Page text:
The nuclear accident in Chernobyl in 1986 is a dramatic example of the type of incidents that are characteristic of a risk society. The consequences of the incident are indeterminate, the causes complex and future developments unpredictable. Nothing can compensate for its effects and it affects a broad population indiscriminately. This paper examines the lived experience of those who experienced biographical disruption as residents of the region on the basis of qualitative case studies carried out in 2003 in the Chernobyl regions of Russia, Ukraine and Belarus. Our analysis indicates that informants tend to view their future as highly uncertain and unpredictable; they experience uncertainty about whether they are already contaminated, and they have to take hazardous decisions about where to go and what to eat. Fear, rumours and experts compete in supplying information to residents about the actual and potential consequences of the disaster, but there is little trust in, and only limited awareness of, the information that is provided. Most informants continue with their lives and do what they must or even what they like, even where the risks are known. They often describe their behaviour as being due to economic circumstances; where there is extreme poverty, even hazardous food sources are better than none. Unlike previous studies, we identify a pronounced tendency among informants not to separate the problems associated with the disaster from the hardships that have resulted from the break-up of the USSR, with both events creating a deep-seated sense of resignation and fatalism. Although most informants hold their governments to blame for lack of information, support and preventive measures, there is little or no collective action to have these put in place. This contrasts with previous research which has suggested that populations affected by disasters attribute crucial significance to that incident and, as a consequence, become increasingly politicized with regard to related policy agendas.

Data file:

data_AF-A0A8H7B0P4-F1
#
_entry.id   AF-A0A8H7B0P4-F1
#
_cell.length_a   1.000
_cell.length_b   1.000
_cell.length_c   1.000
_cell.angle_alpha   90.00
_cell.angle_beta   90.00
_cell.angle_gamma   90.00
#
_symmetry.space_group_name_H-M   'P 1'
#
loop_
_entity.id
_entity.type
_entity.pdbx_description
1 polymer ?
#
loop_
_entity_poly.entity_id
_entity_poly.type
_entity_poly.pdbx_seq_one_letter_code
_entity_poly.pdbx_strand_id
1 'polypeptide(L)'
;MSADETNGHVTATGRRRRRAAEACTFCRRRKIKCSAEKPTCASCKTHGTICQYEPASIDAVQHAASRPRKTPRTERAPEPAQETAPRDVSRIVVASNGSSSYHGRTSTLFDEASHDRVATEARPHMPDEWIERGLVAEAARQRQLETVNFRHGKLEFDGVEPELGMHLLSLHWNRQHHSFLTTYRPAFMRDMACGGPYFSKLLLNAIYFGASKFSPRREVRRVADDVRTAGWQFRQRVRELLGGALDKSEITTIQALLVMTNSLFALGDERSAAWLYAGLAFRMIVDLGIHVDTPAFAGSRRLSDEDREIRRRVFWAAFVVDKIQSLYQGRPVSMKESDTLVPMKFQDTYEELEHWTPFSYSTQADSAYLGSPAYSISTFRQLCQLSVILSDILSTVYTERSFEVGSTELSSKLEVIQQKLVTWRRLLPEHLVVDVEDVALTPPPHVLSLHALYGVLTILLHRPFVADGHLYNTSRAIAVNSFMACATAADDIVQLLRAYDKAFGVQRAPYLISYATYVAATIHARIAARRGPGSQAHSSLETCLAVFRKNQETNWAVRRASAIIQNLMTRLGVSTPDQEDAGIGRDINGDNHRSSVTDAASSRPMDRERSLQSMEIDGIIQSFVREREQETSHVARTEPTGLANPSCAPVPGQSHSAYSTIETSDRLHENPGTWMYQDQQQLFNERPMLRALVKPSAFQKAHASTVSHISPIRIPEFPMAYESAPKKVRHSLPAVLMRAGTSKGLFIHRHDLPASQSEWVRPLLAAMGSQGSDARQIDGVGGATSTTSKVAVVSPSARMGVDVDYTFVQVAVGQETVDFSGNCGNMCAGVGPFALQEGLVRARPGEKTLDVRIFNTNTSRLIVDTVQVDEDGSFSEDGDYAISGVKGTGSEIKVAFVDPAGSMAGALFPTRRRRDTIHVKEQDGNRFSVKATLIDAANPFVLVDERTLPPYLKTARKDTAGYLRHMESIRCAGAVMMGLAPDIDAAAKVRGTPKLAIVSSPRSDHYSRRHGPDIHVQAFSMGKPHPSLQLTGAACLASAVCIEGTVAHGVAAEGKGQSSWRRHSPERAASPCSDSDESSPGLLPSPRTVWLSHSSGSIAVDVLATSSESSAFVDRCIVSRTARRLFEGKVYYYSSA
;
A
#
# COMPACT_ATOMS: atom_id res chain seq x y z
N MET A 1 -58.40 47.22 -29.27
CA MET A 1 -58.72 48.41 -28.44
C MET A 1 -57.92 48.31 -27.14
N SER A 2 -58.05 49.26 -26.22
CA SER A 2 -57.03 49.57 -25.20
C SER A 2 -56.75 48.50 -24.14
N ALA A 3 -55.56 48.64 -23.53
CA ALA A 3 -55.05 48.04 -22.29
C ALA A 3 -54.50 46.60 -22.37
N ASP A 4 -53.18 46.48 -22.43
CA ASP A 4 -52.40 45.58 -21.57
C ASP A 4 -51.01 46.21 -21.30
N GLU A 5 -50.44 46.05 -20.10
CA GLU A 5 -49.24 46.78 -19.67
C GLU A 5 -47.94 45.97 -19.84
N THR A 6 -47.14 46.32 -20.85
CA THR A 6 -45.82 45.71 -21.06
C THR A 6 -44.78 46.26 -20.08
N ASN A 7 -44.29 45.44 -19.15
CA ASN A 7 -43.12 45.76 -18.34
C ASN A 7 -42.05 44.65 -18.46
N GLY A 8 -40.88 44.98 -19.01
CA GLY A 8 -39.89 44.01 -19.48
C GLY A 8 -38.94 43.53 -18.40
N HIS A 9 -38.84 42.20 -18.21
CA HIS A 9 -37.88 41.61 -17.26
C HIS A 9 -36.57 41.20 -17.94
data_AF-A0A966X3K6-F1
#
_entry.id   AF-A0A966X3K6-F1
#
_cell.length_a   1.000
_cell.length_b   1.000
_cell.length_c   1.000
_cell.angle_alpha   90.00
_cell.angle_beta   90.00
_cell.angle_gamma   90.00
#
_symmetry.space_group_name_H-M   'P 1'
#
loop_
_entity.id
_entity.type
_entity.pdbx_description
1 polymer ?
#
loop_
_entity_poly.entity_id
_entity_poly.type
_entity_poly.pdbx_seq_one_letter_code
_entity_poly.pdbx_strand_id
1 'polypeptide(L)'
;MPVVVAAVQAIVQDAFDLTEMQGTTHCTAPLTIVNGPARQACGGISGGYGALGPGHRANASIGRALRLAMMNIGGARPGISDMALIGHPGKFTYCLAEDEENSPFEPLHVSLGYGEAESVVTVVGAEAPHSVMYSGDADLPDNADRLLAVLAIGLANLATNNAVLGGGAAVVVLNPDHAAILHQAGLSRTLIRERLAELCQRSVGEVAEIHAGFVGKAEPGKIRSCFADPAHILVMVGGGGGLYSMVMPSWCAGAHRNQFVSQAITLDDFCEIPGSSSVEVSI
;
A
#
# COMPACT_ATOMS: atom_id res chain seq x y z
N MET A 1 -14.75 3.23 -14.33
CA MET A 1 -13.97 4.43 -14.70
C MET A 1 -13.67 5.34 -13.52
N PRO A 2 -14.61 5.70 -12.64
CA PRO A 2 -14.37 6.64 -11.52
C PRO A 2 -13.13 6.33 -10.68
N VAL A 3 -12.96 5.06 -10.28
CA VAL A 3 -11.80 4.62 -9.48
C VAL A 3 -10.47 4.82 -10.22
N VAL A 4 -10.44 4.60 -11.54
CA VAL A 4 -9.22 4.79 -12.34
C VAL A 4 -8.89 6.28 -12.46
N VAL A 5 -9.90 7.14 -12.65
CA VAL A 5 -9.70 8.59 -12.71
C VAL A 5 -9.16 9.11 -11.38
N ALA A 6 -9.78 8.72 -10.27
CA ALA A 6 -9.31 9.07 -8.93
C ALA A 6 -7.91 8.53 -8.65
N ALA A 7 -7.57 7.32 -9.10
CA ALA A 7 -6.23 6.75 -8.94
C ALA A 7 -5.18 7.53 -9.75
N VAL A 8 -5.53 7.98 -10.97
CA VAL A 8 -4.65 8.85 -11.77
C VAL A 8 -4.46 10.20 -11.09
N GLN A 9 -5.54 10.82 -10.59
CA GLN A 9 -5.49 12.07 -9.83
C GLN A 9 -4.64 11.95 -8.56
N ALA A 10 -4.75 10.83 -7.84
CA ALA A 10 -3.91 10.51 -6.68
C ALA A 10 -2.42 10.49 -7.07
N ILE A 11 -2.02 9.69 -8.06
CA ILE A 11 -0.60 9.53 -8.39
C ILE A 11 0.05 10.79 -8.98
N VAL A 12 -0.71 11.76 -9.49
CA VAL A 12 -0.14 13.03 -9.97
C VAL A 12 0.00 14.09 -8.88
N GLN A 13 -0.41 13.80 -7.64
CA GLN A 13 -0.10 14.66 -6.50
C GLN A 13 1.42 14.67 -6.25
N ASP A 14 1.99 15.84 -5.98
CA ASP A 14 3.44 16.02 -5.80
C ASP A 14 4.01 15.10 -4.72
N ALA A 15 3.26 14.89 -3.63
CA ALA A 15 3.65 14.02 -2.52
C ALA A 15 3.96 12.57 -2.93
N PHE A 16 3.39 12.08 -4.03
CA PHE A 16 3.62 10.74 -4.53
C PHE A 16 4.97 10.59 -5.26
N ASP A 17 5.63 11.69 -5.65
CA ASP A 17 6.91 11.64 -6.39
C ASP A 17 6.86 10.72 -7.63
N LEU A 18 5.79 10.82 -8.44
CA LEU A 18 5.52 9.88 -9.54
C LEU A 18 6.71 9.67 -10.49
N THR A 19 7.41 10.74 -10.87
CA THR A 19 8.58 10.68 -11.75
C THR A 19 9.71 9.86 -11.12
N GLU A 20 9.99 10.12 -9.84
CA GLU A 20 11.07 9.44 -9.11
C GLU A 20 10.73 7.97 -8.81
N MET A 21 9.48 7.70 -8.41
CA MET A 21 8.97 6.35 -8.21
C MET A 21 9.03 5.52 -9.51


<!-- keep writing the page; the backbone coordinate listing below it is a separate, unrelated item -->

ASJC Scopus subject areas
- Public Health, Environmental and Occupational Health